Laligu, kpalyn, yepalsi, kagbal, kurugu vuhuyayili, wambong, yakura, zanzugu, zanzugu yepala, changyili, jangbarigiyili, Balamposo, galizegu, warvi, namdu I, namdu II, gondaa, kasulyili, kpachiyili, kpaliga, jagberin, kpalguni, tindan, chandanyili, sagbragu, tijo, chihigu, naha, takpili, jarigu, Cheko, komlanyili, kpanshegu, Bamvim, kagburashe, kpenchila, Sakpalua, futa, kpalguni II, manguli, gbruma, wovugu, wovugumani, manguli II, kulaa, voughyili, djelo, Buhijaa, moya, kudula, kuldanali, bogu, tindan II, kpanayili, Dundo, gurumanchayili, Gbandu, Garizegu.
Kagburashe, gbung, Libi, jarayili, Kpalbusi, original and indigenous kabache, jangbarigiyili, changyili, jabayili, yakura, zanzugu yepala, zanzugu, Balamposo, galinzegu, wambong, kuruguvuhuyayili, kagbal, naha, Galinkpegu, chihigu, warvi, namdu I, namdu II, gondaa, tijo, tindan I, sagbragu, jagberin, Chandanyili, kpalguni I, kpalga, Kpachiyili, jarigu, Cheko, takpili, kpanshegu, komlanyili, yepala, Bamvim, futa, kpalguni II, Kpenchila, Sakpalua, kpanayili, kalinka, Nekpegu, Tohinayili, manguli II, Buhijaa, djelo, voghyili, kudula, kulaa, moya ,komonaayili, kuldanali.
Kushini, gbung, Libi, jarayili, yakura, zanzugu, zanzugu yapala, changyili, Balamposo, kagbal, jangbarigiyili, kuruguvuhuyayili, sagbragu, Cheko, Chandanyili, kpalguni I, jagberin, naha, chihigu, namdu II, warvi, cheshagu, gondaa , Galinkpegu, futa, jarigu, janakpen, gbruma, kpalguni II, manguli II, wovugu, wovugumani, komlanyili, yapala, kpanshegu, Bamvim, kuldanali, Buhijaa, djelo, voghyili, kudula, moya, kulaa, komonaayili, kpanayili, bogu, tindan.
Jarayili, chongashe, libi, gbung, kushini, kpalbusi, gidanturu, chanaayili, original and indigenous kabache, kideng, tunga, laligu, kpalyn, yepalsi, jangbarigiyili, zanzugu, zanzugu yapala, changyili, balamposo, tijo, tindan I, kpalguni I, chandanyili, jagberin, sagbragu, gondaa, namdu I, namdu II, warvi, kpalga, chihigu, galinkpegu, naha, cheshagu, futa, kpalguni II, wovugumani, wovugu, manguli II, janakpen, gbruma, takpili, chani, cheko, kpanshegu, komlanyili, yepala, bamvim, Kpenchila, kulaa, komonaayili, moya, kudula, voghyili, djelo, manguli I, kuldanali, bogu, tindan II, nekpegu, kalinka, tohinayili, gurumanchayili, gbandu.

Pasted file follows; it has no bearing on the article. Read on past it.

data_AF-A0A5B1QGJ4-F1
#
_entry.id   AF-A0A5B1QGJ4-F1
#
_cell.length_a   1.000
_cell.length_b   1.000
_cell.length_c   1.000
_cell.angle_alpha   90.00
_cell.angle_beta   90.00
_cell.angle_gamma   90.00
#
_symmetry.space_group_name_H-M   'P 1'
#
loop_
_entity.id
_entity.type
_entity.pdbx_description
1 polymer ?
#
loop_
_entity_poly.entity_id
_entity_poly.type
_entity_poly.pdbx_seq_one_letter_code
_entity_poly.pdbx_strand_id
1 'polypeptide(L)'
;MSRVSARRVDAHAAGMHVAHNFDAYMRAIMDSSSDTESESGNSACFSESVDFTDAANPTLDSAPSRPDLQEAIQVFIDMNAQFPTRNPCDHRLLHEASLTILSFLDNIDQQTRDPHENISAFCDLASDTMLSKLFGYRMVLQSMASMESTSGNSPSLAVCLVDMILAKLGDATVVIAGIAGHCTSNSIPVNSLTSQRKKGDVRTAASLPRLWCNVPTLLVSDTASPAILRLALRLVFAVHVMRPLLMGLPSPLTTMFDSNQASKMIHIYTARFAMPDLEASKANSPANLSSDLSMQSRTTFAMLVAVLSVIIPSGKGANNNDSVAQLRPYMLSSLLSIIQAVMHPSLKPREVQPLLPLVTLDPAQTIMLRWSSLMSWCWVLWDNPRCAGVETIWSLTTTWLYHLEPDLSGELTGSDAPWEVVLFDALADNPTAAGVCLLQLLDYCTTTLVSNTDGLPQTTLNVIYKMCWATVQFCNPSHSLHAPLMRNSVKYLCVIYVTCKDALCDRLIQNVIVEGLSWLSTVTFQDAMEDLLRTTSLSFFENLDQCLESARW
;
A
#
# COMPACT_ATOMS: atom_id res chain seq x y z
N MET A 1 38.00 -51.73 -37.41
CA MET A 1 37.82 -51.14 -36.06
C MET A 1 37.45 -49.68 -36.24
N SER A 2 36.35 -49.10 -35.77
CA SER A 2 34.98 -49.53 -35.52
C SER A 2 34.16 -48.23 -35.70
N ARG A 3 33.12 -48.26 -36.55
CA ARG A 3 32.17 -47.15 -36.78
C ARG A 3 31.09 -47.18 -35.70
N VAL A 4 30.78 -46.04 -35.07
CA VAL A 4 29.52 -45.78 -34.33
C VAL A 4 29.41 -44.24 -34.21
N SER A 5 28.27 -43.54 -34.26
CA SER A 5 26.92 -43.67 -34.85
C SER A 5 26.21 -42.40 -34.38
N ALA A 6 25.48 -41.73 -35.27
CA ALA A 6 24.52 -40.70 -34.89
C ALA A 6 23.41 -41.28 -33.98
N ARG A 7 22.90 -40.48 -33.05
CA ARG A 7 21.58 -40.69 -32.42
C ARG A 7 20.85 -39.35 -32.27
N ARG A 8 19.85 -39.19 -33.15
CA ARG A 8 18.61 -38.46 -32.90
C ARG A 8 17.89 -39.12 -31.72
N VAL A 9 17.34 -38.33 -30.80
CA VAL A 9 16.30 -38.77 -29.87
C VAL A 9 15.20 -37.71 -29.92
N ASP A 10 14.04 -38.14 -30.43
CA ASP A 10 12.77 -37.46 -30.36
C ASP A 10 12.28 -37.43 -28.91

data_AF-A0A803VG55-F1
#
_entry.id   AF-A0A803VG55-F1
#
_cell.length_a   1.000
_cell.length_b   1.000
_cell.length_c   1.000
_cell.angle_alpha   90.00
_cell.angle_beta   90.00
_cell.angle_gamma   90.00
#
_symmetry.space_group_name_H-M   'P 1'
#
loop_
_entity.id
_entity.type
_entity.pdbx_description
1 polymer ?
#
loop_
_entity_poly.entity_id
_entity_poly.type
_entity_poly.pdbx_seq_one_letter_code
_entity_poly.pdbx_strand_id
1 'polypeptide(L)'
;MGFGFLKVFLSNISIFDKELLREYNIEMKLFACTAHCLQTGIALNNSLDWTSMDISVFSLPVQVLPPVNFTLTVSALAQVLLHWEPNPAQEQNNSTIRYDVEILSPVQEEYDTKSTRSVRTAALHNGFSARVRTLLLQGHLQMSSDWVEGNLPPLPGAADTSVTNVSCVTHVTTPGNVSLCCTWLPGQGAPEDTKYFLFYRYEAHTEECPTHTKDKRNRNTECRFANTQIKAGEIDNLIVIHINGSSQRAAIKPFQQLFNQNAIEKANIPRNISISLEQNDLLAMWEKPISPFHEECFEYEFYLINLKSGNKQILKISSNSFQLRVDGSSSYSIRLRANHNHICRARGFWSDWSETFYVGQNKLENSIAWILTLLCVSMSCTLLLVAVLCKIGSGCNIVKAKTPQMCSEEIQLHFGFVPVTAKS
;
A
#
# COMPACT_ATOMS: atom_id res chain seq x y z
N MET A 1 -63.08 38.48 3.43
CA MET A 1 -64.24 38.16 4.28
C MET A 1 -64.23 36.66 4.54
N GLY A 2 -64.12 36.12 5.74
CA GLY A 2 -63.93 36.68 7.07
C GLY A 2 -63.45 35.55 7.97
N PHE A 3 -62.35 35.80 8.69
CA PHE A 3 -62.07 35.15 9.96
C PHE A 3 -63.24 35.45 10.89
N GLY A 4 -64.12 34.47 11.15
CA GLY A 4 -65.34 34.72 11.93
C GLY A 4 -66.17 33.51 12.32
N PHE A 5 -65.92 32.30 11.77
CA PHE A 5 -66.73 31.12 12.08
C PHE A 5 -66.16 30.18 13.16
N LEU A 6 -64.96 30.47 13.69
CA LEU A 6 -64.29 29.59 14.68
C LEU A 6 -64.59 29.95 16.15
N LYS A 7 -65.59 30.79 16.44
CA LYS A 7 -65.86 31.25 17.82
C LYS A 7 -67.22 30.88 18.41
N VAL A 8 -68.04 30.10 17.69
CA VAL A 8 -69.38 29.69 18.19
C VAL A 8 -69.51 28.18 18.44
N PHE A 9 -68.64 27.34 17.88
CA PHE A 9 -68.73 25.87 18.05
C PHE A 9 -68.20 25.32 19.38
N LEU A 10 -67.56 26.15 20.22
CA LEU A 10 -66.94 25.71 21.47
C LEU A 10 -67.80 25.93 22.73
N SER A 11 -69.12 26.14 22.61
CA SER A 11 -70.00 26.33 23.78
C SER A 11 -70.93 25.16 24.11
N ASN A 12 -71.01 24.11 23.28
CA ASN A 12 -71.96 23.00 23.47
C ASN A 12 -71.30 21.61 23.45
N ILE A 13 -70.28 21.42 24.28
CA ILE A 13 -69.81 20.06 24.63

The new water villages implemented during the Winter Global Leadership Program were shared among the staff to monitor. Wahab monitors Naha, Galinkpegu and Chihigu. Amin monitors Futa and Kpalguni. Eric monitors Komonaayili and Shak took over monitoring Kagbal.
February marks the second month in a row with over 80% usage in our water villages! Given that our average usage rate over the past 7 years has been closer to 70-75%, it’s exciting to see this upward trend. The monitoring team and our field reps have done a great job focusing on water and health education, not just business logistics, which really helps with long-term behavior change. We are proud of this progress! The following villages had 6/6 household visits at a point in the month (meaning that all of the households that we stopped into see that day had clean water in their safe storage containers): kushini, kpalyn, warvi, galinkpegu, chihigu, naha, yepala ,futa,k.kpalguni, djelo, nekpegu, and komonaayili. And, since they always say a picture is worth a thousand words, here are some pictures from monitoring our water villages this month!